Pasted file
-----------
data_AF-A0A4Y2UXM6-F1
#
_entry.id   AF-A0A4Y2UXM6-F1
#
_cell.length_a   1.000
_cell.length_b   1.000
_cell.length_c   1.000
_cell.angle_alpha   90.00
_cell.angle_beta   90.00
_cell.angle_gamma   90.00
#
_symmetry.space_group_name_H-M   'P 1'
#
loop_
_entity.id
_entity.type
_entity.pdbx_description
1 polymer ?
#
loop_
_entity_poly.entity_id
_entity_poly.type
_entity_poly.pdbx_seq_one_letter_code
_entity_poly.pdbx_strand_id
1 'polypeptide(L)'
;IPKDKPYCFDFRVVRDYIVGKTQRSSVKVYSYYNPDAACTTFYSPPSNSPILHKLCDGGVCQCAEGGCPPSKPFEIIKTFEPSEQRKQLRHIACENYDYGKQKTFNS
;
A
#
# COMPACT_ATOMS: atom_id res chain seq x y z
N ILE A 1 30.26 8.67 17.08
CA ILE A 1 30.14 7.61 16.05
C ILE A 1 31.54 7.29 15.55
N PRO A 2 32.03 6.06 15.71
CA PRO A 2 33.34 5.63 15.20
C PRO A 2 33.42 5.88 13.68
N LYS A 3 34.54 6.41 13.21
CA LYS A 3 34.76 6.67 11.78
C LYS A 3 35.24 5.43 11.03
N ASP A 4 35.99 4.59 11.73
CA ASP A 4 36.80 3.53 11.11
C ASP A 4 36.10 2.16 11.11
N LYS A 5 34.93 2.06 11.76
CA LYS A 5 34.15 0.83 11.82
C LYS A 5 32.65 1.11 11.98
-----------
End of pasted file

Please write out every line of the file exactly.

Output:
data_AF-A0A4Y2UXM6-F1
#
_entry.id   AF-A0A4Y2UXM6-F1
#
_cell.length_a   1.000
_cell.length_b   1.000
_cell.length_c   1.000
_cell.angle_alpha   90.00
_cell.angle_beta   90.00
_cell.angle_gamma   90.00
#
_symmetry.space_group_name_H-M   'P 1'
#
loop_
_entity.id
_entity.type
_entity.pdbx_description
1 polymer ?
#
loop_
_entity_poly.entity_id
_entity_poly.type
_entity_poly.pdbx_seq_one_letter_code
_entity_poly.pdbx_strand_id
1 'polypeptide(L)'
;IPKDKPYCFDFRVVRDYIVGKTQRSSVKVYSYYNPDAACTTFYSPPSNSPILHKLCDGGVCQCAEGGCPPSKPFEIIKTFEPSEQRKQLRHIACENYDYGKQKTFNS
;
A
#
# COMPACT_ATOMS: atom_id res chain seq x y z
N ILE A 1 30.26 8.67 17.08
CA ILE A 1 30.14 7.61 16.05
C ILE A 1 31.54 7.29 15.55
N PRO A 2 32.03 6.06 15.71
CA PRO A 2 33.34 5.63 15.20
C PRO A 2 33.42 5.88 13.68
N LYS A 3 34.54 6.41 13.21
CA LYS A 3 34.76 6.67 11.78
C LYS A 3 35.24 5.43 11.03
N ASP A 4 35.99 4.59 11.73
CA ASP A 4 36.80 3.53 11.11
C ASP A 4 36.10 2.16 11.11
N LYS A 5 34.93 2.06 11.76
CA LYS A 5 34.15 0.83 11.82
C LYS A 5 32.65 1.11 11.98